So You're Original. Good For You.

Carry that weight: Crunchy pop quartet Heavy Sleeper
Daniel Corrigan

There's a song on Heavy Sleeper's debut album, The Gifted Curse, called "Nothin' New." Like several other songs (the Greg Kihn Band's "The Breakup Song," for instance), "Nothin' New" appears to be about the unhappy conclusion of a romantic relationship. But its title might also refer to one of the finest passages of ancient rock criticism, Ecclesiastes 1:9: "The thing that hath been, it is that which shall be; and that which

is done is that which shall be done: and there is no new thing under the sun." In some translations, "no new thing" is rendered "nothing new." In the chatty 1970s, undoubtedly, some hashish-tokin', gerund-clippin' translator probably offered "nothin' new," as Heavy Sleeper leader Marcel Galang has in his song, though I can't prove this.

The author of Ecclesiastes knew nothing of thermoses or unicycles (no new things indeed!), but he was onto something just the same. When writing record reviews, I'm sometimes tempted to simply quote Eccles. 1:9 and be done with it. (Unless I'm being paid by the word, in which case I'm tempted to quote the entire book of Ecclesiastes.) But though no one has time for mere facsimiles, in a world where derivation is inescapable and true innovation comes to but a few, a well-executed no new thing beats an original piece of crap every time.

The often excellent and mostly well-executed The Gifted Curse is the work of musicians comfortable with creating no new thing under the sun. The album, self-released this past October, is sometimes deliberately referential and sometimes just unabashed about its influences. These influences include all of the important British rock bands of the '60s and some soul acts from the same era. So too, I hear Queen (especially on "Never Alone," which deserves your company), the Beach Boys, Big Star (especially on "Pure Extract," which won't have you racing to sell your copy of Radio City), Mott the Hoople, David Bowie, the Cars, T. Rex, the Pernice Brothers (possibly), and the Hang Ups, with whom Galang has played keyboards since 1999.

Galang has long been a kind of peripheral figure on the local pop scene led by the currently inactive Hang Ups. In the mid- to late '90s he played in pop-rock combo Dearly, along with singer-multi-instrumentalist Matt Gerzema, bassist Aaron Lundholm (also a future Hang Up), and drummer Bryan Hanna, who produced The Gifted Curse. (Disclosure: Around that same time, Hanna produced my former band.) Not long after hooking up with the Hang Ups, Galang formed the short-lived Komodo, an English-accented four-piece in the general style of Spiritualized, Radiohead, and late-period Petula Clark. (Perhaps not Ms. Clark.) Heavy Sleeper played its first gig in 2003, and is now made up of singer-guitarist-pianist Galang and three simpatico players borrowed from Arch Stanton: bassist Paul Jongeward, drummer Matt Alexander, and guitarist Drew Herder, who gets in several inspired leads on this album.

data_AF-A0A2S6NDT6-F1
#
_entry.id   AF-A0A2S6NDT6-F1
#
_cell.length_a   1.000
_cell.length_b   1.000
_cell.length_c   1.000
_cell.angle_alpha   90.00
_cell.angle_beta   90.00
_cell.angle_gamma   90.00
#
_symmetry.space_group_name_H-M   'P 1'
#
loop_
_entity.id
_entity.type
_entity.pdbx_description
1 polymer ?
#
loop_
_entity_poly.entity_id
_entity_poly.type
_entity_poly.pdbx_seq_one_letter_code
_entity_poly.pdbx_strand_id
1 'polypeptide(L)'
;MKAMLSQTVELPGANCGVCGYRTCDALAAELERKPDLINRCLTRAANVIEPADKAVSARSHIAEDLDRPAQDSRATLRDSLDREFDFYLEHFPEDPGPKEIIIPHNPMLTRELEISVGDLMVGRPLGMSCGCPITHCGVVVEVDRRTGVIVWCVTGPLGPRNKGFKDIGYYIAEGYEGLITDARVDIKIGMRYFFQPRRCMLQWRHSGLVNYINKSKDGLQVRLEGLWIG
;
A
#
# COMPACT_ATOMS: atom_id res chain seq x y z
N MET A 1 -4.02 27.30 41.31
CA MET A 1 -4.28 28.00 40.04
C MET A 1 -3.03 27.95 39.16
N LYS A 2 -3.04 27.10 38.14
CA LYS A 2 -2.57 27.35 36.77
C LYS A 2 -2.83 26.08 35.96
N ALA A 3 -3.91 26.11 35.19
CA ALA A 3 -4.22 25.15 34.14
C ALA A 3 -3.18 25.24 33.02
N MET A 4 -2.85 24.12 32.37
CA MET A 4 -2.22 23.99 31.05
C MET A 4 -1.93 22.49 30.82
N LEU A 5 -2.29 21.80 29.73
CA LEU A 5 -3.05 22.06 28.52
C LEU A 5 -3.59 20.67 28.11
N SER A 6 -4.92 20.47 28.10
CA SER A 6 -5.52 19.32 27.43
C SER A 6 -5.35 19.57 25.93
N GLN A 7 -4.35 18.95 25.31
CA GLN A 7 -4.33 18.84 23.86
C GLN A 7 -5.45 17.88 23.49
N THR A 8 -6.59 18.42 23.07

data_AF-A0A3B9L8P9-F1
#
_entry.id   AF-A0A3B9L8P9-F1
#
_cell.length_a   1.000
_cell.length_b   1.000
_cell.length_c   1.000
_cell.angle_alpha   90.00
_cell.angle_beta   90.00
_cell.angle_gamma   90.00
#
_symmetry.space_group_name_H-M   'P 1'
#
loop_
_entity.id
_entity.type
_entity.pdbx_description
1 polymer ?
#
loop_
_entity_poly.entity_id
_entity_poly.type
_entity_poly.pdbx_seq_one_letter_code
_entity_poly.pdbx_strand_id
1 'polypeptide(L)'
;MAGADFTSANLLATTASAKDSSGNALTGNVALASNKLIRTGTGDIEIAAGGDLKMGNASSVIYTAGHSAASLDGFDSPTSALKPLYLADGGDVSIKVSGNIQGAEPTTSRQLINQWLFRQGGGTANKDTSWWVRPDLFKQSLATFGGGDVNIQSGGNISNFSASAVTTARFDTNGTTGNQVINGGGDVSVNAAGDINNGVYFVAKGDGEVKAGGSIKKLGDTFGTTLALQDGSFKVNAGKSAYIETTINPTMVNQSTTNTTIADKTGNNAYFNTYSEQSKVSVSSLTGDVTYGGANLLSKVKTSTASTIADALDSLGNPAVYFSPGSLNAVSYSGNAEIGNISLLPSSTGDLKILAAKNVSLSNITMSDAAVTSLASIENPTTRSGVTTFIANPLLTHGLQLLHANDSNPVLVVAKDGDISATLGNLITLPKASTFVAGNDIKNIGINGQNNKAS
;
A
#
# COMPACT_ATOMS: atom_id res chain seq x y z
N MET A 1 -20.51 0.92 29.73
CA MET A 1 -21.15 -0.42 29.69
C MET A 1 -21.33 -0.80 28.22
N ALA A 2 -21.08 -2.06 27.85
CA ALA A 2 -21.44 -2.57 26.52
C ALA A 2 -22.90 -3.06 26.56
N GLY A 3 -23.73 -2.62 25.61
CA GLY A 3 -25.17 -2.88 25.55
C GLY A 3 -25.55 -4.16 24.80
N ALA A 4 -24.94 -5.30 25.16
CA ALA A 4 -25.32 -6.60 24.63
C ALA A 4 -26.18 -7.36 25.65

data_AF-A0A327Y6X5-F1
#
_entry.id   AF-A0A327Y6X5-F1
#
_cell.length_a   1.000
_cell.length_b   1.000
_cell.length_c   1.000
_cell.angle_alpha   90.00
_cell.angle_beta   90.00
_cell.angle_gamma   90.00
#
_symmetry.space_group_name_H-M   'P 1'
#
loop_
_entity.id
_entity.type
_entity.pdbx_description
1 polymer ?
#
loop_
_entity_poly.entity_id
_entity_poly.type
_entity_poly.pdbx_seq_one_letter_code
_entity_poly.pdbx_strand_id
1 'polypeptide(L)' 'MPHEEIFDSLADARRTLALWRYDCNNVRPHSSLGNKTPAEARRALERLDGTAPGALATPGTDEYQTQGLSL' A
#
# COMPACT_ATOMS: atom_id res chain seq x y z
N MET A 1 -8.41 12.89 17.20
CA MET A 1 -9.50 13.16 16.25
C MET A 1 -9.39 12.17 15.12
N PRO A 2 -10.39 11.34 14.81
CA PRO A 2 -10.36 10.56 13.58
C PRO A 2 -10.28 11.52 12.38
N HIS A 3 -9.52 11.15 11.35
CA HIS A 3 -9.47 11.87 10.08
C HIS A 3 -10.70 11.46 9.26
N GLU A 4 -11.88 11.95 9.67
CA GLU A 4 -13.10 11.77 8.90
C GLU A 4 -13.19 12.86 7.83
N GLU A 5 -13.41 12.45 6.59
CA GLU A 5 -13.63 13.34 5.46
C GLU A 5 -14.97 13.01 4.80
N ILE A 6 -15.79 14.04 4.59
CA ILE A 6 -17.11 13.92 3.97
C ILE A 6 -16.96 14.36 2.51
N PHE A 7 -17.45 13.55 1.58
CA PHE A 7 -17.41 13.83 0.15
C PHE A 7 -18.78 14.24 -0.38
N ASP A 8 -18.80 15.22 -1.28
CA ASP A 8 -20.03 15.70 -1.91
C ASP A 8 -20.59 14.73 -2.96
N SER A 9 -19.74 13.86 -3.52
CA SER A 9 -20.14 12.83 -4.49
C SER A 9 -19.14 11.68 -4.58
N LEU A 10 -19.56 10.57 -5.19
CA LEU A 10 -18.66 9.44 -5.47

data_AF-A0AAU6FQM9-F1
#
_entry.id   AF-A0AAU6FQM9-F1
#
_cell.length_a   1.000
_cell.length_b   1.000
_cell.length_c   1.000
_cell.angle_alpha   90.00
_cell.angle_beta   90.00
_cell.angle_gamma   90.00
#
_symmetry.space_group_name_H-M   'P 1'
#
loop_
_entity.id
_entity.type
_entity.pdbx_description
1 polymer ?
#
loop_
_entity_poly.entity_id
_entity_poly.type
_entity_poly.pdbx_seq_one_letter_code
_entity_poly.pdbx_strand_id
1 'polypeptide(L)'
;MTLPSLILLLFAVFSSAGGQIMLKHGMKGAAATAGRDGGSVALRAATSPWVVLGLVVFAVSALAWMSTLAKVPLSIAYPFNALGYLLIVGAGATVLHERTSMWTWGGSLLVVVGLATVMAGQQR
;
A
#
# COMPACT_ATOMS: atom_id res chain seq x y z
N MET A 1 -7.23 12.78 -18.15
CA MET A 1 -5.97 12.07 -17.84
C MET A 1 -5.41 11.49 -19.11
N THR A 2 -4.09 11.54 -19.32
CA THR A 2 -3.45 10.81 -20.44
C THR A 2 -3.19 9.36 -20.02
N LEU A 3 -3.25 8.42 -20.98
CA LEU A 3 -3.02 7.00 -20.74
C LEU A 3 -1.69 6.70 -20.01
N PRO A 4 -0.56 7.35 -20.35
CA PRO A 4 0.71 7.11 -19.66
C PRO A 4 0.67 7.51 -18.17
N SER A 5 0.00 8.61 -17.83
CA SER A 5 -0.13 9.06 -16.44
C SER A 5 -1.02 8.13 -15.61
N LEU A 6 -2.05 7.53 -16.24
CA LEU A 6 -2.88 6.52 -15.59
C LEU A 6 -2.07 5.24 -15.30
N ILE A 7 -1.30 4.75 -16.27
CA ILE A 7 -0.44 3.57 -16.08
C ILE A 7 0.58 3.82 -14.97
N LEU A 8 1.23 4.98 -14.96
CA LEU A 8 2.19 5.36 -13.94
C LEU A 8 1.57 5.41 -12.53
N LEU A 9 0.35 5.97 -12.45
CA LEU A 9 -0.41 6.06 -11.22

"Komodo was a more cerebral attempt at going for a new sound, as opposed to just pursuing what comes naturally," says Galang, reached on his cell phone. "I was rejecting a lot of my '70s rock influences, trying to do something different, but that didn't really work."

Recorded with a variety of musicians between 2000 and this past spring, The Gifted Curse is a get-back-to-where-you-once-belonged album and a sideman-announces-himself album. As the band's name suggests, Heavy Sleeper's music is muscular yet dreamy, power pop with actual power. The sha-la-la vocals and trips to falsettoland are countered with boom-boom-whap drumming and corpulent guitar tones. This is especially demonstrated by the album's first two cuts: "Home," a crunchy and tuneful love song, and "I'm With You," a harmonica- and sax-graced invocation to dance to the Motown beat in the Culture Club's Church of the Poisoned Mind.

Which isn't to say that Galang is quite ready to portray Levi Stubbs or Boy George in a WB biopic. As a singer, he tends to struggle on opposite poles of the soft-hard continuum. On one hand, he's too quick to call on his not-always spot-on falsetto; on the other hand, his periodic bluesy (emphasis on "-y") ululations aren't entirely convincing.

Most of the time, though, he sings just fine, tenderly on the lovely chorus to "Easy, Easy," passionately on the whoa-oh-oh-ohs that hook "Home." This is craftily arranged, smartly played stuff. It won't change your life. It might improve your mood. Galang is not yet an exceptional wordsmith, which partly explains why my favorite lyric from The Gifted Curse doesn't look so impressive on paper. But since it expresses my general thoughts on the album, it seems worth quoting in its entirety: "Yeah!".

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